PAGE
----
I am not a big believer in traditional reformed theology, at least as far as predestination, infant baptism and eschatology are concerned.
Purely from an anecdotal point it has been my impression that those who believe in reformed theology came to it from a background of not having a lot of thought put into theology. It seems like the average believer in reformed theology says something like “I used to believe x but then I was told about reformed theology and I couldn’t believe no one had ever told me about this before”. It seems like they think some one should have told them everything to believe. While it is important to understand all of God’s Word, the basics of salvation come first and the rest usually takes some study and reading of the Bible on the part of the Christian. We need to seek the truth, even beyond salvation. The next part goes something like this, “those people preaching non reformed theology why are they not telling the truth of reformed theology?” Not that they necessarily think others are lying, they are just incredulous that not everyone believes reformed theology. Then when it comes to eschatology they say things like, the rapture and the tribulation are new ideas.
Let me explain the problem with this viewpoint. Working my way backwards, “new” ideas are not bad if they are Biblical, in which case they are not really new, just not understood by modern day Christians. The original reforms of Martin Luther were not new ideas but the Roman Catholic Church had gotten away from the truth. The other main issue is that not every truth of the Bible has necessarily been completely understood. God’s word is filled with so much that it is nearly impossible for us to have complete understanding of it all. While many important truths for salvation and daily living are clear and not really disputable, the Bible has so much to offer, mankind will likely never fully grasp all of what God has said to us in his Word until we are in His presence. The other issue I have is that because not everything can simply be told to you, we must read the Bible on our own and study it. God can and does reveal truth to us in a personal way when we read His word. God’s word is complete in that there is no new scripture but we can come to understand scripture more clearly, especially concerning prophecy.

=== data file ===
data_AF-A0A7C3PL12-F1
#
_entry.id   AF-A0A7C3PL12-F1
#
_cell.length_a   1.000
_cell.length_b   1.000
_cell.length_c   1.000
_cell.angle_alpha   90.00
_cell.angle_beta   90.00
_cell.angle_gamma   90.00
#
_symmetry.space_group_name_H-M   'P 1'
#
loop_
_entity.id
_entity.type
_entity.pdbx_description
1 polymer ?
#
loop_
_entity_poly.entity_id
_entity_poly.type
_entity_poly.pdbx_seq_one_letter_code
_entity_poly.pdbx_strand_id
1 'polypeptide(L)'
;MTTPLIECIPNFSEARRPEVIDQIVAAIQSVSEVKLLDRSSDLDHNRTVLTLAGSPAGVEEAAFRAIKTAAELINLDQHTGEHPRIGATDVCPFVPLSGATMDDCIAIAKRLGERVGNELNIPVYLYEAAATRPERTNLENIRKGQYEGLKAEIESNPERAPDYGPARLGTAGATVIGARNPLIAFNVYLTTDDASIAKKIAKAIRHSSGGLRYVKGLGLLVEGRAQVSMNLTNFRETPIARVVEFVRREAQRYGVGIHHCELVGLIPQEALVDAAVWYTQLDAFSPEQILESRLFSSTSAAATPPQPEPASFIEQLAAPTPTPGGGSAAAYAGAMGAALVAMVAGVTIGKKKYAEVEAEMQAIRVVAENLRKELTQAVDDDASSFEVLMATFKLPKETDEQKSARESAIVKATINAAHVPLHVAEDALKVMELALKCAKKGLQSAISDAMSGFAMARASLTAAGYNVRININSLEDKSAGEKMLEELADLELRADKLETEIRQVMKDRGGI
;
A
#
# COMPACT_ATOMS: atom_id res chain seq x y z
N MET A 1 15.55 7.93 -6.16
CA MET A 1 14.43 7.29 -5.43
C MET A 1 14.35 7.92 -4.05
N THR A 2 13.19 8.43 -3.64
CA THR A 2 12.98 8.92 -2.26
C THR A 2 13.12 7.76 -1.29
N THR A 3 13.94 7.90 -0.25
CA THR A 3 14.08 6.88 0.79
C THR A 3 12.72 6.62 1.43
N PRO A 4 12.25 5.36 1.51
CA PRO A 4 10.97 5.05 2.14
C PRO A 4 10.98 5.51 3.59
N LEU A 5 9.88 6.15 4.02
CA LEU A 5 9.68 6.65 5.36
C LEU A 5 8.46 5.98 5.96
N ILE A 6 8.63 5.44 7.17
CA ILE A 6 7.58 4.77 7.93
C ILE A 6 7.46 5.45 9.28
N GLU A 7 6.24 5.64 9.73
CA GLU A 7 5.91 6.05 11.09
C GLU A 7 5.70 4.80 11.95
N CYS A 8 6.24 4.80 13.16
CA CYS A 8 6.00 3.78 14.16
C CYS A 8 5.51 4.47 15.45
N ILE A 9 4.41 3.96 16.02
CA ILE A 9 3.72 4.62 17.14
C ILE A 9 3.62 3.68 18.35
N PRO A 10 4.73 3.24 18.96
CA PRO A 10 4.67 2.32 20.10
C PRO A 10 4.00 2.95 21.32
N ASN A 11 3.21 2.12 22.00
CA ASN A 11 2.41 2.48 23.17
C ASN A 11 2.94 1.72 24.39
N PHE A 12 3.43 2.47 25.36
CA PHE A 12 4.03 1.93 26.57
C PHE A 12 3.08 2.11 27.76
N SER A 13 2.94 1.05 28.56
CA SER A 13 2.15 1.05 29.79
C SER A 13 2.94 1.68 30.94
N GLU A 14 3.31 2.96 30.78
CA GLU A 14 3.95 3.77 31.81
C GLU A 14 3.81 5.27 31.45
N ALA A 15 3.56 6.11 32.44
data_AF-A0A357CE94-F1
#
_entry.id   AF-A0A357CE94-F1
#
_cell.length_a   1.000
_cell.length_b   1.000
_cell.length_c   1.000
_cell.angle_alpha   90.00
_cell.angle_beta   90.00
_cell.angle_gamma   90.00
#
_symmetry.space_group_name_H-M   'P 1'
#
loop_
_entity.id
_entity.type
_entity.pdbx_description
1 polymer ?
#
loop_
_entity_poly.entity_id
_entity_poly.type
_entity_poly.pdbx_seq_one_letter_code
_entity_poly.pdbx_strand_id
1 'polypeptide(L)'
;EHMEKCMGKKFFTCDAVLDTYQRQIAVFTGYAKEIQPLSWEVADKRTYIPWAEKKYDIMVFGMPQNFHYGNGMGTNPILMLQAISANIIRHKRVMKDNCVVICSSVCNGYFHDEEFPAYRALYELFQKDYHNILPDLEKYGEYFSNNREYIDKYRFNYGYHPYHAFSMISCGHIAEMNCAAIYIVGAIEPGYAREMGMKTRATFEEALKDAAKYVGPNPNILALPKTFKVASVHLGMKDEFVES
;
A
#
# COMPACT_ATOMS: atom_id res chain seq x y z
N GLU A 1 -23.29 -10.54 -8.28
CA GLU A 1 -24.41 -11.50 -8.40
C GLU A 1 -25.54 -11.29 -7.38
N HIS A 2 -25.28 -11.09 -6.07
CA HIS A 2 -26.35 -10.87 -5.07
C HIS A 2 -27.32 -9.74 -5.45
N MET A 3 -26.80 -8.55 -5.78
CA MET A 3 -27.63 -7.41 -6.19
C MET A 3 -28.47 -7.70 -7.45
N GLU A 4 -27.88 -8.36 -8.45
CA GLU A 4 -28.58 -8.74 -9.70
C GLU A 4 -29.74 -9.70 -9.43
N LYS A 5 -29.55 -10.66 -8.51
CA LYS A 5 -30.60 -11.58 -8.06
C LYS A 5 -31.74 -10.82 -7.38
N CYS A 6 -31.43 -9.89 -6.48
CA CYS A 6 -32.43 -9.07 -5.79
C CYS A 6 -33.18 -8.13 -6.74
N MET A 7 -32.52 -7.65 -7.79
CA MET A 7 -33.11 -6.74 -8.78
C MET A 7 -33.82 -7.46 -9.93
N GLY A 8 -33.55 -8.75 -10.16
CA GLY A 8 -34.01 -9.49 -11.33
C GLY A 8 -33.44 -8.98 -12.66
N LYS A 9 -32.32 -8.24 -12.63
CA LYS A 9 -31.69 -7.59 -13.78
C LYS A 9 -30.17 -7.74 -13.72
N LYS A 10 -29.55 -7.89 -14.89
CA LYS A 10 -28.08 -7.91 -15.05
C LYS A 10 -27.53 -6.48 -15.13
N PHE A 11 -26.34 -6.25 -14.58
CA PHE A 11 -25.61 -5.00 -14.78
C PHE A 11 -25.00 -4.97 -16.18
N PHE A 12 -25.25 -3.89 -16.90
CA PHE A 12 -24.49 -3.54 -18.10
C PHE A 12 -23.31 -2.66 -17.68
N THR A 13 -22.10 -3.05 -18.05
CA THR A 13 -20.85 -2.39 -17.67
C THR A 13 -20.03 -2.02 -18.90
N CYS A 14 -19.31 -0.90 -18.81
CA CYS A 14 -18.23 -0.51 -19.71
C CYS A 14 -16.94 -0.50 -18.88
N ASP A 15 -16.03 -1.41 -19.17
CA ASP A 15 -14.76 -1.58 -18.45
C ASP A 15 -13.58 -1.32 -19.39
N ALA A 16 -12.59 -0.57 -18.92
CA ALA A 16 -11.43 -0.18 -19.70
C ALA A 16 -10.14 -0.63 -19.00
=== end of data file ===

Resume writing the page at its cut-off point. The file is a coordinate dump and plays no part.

I am bothered when I read reformed teaching that says there is no place in the Bible that talks about the rapture or the tribulation either in word or in concept. Not only do I see the words but I clearly see the concepts there. If these ideas weren’t there, then they would be just that, someone’s ideas that aren’t Biblical. And indeed that’s how the reformed minded person sees them. But the end times theology of the rapture and the tribulation are clearly present all throughout the Bible in many places.
We can debate when the rapture is, pre, mid or post and we can talk about whether or not the tribulation is literally seven years long but to say such things are non existent makes no sense. These issues and concepts are in the Bible, it is up to interpretation as to what they mean. Everything in the Bible is important though not everything is central to salvation. We should be careful not to throw up our hands and say, “it will all pan out in the end”. Studying of eschatology should be done but not become an obsession.
I have one last important note for studying eschatology. When you or someone else ascribes a passage to have already taken place in the past,, read carefully to see if all of the events have completely taken place or just parts. A prophecy not completely filled is not a prophecy fulfilled. Many times it seems there is a rule of double fulfillment, where part of a prophecy has come true but not all of it, it seems to be a foreshadow of what will come when the prophecy is completely fulfilled.